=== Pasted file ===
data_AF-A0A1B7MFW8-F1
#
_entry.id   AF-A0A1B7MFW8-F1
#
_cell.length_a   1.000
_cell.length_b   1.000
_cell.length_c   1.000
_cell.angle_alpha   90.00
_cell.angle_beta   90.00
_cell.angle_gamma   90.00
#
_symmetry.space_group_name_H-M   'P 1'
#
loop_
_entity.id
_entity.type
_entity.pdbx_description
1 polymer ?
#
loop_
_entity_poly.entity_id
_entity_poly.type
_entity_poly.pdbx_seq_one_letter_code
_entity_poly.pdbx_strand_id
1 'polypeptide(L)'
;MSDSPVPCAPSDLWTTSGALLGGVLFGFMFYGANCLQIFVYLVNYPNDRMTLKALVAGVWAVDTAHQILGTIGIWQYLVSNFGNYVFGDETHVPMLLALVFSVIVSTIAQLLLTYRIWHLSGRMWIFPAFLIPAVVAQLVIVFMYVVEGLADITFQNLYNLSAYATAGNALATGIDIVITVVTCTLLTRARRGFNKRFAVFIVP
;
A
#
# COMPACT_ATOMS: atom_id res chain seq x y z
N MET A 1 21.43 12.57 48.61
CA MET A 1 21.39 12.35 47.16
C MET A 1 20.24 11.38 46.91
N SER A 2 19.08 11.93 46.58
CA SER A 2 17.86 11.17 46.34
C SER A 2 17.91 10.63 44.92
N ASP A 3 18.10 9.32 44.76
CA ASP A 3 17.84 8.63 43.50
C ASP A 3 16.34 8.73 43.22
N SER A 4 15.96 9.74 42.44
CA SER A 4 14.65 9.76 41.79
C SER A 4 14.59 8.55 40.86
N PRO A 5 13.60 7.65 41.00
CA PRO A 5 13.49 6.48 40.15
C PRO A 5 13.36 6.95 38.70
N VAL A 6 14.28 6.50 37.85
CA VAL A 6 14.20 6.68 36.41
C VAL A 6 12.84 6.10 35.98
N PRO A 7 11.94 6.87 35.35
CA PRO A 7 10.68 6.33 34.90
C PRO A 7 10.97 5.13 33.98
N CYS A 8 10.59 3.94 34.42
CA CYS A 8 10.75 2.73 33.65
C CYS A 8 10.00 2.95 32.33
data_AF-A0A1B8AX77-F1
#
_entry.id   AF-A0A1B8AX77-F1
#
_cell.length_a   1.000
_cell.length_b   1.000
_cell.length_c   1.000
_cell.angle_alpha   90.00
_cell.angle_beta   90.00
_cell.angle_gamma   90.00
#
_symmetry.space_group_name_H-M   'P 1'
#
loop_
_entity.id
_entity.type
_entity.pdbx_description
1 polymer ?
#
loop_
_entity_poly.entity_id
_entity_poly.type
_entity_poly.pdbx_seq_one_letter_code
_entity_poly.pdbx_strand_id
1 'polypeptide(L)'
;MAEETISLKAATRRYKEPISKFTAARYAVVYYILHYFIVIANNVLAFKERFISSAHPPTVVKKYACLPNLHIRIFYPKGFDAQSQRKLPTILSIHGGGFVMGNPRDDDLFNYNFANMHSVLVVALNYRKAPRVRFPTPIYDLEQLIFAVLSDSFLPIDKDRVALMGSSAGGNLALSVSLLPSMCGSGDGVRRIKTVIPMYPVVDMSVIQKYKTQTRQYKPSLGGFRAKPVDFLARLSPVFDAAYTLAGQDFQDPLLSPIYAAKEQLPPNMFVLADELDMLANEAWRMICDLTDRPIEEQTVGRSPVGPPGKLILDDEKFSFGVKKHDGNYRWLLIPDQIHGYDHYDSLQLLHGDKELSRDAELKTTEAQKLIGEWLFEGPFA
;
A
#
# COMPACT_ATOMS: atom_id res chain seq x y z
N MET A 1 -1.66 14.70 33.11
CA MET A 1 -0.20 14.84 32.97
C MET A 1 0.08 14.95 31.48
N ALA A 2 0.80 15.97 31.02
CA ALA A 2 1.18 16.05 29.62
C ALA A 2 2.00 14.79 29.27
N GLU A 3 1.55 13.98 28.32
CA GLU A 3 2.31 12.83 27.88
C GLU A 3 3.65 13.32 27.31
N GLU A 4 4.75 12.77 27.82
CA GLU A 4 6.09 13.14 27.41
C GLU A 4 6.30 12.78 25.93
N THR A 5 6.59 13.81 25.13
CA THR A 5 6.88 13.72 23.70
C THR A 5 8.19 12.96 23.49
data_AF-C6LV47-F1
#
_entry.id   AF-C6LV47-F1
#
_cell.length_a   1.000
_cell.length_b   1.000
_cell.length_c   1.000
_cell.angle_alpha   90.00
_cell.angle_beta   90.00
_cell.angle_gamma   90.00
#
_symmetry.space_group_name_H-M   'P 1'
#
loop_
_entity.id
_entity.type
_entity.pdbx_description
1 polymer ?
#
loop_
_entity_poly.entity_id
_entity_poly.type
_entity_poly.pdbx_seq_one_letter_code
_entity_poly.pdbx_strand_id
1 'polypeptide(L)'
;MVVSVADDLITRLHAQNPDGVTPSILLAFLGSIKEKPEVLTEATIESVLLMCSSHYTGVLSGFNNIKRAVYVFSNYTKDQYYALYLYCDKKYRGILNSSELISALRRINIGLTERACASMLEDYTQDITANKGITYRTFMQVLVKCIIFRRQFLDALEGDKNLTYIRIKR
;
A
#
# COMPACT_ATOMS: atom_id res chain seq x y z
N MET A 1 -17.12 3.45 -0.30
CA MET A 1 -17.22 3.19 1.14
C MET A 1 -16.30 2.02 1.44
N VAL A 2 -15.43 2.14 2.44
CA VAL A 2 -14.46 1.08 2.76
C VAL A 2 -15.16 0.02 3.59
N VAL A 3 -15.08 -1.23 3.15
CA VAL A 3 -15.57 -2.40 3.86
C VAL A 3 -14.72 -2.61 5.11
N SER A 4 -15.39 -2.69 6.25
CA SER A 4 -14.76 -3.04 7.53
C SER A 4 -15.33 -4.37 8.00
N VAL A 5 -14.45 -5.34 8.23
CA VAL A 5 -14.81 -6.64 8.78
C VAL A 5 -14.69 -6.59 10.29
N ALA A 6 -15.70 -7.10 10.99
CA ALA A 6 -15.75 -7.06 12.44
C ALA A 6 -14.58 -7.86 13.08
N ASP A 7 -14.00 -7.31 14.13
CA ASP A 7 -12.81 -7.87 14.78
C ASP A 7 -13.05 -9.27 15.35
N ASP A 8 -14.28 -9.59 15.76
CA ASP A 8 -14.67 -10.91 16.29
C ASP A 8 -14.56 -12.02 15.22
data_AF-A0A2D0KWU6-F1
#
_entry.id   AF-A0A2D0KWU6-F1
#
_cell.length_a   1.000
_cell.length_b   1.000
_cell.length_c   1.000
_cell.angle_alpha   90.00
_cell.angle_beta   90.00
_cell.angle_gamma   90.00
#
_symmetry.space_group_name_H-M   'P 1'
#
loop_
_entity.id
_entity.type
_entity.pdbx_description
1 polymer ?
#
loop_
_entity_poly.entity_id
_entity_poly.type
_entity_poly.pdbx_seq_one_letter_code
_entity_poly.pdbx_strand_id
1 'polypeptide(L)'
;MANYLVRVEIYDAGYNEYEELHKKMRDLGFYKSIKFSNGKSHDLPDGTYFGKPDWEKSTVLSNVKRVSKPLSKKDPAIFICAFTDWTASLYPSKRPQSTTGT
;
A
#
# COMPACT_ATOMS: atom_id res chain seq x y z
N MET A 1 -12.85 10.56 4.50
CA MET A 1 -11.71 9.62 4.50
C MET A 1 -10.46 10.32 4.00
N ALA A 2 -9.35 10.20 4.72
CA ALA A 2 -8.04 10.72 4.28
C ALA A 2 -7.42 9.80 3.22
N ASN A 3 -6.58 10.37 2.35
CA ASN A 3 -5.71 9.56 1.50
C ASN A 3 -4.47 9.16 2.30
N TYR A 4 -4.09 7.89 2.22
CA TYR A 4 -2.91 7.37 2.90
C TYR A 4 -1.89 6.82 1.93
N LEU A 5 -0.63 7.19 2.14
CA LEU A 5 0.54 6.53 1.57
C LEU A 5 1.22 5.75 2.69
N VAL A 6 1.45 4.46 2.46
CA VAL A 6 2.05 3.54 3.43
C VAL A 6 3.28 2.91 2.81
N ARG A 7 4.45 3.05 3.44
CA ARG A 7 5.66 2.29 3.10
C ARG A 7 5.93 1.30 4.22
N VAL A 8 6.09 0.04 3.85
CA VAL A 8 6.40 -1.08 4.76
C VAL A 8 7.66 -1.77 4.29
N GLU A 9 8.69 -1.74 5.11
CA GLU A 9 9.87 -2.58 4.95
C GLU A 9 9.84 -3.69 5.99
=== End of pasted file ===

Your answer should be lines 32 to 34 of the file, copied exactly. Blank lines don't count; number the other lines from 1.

CA MET A 1 21.39 12.35 47.16
C MET A 1 20.24 11.38 46.91
N SER A 2 19.08 11.93 46.58